by new blog contributor Phoebe Shaw: Last night forty-six of us sat quietly in the library, hurriedly trying to finish our mountains of work. Though this past week has been one of the most difficult yet in terms of academic stress, with our oral histories project due as well as another complex marine ecology essay, none could focus solely on homework. There was a sadness lurking in everyone’s mind that after breakfast today, only 24 of us will remain in our small community here on campus. Given the intimacy of this environment, in just over one month we, the students and faculty, have grown closer than I could have ever imagined. With that said, the departure of kayak and down island groups this morning with undoubtedly leave a conspicuous gap in this place that I think we all can now call home.
As I sat on my bunk last night thinking and reflecting on all of the goodbye hugs we had given each other in the girls dorm just in case we didn’t get the chance today, a terrifying thought struck me. This coming Friday marks the end of our seventh week here at The Island School; the halfway point. In various classes we have discussed the idea of a sense of place, and at what point one can determine that they truly know a place. I feel that I have come to know and love this place in such a way that I do truly know The Island School. It’s sights, smells, sounds and even tastes: the turquoise ocean right outside my window, the sound of palm fronds swishing in the Bahamian breeze, and the delighting smell of freshly baked Johnny Cake are now irreversibly a part of my memory and my definition of myself as an individual. Even with this said, as close as I feel to this place, it still seems as though we have only been here for no more than two or three weeks. The time has gone faster than I could have ever imagined, and I think it is fair to say for myself and my classmates, that we don’t want it to end. This has quite possibly been, and will be, the most monumental experience of my life. My feelings towards being here can be defined by a single moment in this past week: the dissection of a blacktip shark for research class. Throughout the entire dissection, I felt as if I was in a state of blissful disbelief. I can remember thinking to myself ‘you are in the most incredible place, with the most incredible people, doing one of the most incredible things imagineable’. Those words can more than adequately describe nearly everything we do here on Cape Eleuthera, making this a unique and challenging place that I think we will all carry with us for the rest of our lives.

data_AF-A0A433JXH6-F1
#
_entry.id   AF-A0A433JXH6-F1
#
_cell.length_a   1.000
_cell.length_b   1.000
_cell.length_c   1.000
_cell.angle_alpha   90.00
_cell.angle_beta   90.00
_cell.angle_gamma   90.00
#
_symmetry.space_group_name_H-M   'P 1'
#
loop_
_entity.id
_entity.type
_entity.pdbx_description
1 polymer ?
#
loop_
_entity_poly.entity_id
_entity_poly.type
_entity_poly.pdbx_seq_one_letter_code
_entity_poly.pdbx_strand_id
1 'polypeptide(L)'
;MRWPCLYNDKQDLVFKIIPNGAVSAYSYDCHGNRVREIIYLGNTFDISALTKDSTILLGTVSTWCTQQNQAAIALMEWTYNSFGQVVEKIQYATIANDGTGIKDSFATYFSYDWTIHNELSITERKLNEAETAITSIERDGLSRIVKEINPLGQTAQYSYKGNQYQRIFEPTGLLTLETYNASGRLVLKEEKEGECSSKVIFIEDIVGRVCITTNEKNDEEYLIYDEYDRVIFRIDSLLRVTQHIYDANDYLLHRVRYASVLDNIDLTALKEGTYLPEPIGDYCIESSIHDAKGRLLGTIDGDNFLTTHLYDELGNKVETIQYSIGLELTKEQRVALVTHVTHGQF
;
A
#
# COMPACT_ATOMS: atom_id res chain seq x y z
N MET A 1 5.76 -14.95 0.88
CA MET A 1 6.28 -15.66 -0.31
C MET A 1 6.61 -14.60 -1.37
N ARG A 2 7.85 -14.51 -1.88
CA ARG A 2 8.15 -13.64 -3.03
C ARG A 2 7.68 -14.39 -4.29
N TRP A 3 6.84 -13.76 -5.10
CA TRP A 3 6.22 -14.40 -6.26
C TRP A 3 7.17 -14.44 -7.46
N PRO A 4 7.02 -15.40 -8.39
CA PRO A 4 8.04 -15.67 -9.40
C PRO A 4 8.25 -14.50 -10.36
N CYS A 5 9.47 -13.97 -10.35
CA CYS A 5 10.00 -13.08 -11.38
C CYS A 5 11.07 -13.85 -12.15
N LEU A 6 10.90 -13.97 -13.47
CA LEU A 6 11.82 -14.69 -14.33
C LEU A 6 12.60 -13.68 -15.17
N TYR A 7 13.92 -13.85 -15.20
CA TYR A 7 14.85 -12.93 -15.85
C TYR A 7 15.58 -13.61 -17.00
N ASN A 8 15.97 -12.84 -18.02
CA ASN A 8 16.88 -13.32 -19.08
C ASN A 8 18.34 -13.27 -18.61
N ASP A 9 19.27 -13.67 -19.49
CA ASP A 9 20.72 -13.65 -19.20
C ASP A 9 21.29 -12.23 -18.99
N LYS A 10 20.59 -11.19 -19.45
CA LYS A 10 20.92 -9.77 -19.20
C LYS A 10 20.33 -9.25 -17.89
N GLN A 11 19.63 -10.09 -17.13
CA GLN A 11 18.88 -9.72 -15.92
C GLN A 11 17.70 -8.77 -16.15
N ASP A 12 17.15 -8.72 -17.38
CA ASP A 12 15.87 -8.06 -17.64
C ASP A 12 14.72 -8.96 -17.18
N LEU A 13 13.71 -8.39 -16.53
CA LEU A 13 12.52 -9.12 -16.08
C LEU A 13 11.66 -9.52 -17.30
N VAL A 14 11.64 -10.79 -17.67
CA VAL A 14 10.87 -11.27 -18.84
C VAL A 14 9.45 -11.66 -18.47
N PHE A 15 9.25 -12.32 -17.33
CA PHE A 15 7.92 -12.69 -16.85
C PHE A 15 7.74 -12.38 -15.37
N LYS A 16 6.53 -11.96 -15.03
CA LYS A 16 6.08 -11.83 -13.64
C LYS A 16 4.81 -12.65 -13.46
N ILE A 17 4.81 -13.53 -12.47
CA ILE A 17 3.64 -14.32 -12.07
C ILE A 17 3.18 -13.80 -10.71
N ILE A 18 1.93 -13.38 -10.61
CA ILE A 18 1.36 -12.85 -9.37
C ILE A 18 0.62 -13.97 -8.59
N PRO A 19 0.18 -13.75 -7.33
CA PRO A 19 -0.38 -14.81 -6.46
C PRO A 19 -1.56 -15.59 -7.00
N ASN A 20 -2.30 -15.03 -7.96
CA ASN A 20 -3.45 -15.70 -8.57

Though the halfway point brings with it the thought of our inevitable return to our respective homes across the U.S. and the globe, it also gives a sense of accomplishment, as well as hope and excitement for the many adventures that lay ahead of us in the last months. Being on the K4 kayak and down island group, which does not leave campus until October 18, the excitement of 11 days out exploring the island is still something I am looking forward to. I am confident that our last months of the semester will be packed full of new and interesting classes, research field days spent catching sharks, dives at breathtakingly beautiful reefs, dish crew dance parties, and exploration time spent lounging at the beach and indulging in a sweet treat (or two) from the marina store. Just being in this place creates a feeling that is indescribable. When the day comes that we must eventually return home to our ‘real’ lives, I don’t know if I will ever be able to sufficiently describe to my friends and family just exactly how incredible this experience is or the value it holds for me. Thus far, I am having the time of my life and I cannot wait for more adventures, learning, and laughs in the coming weeks.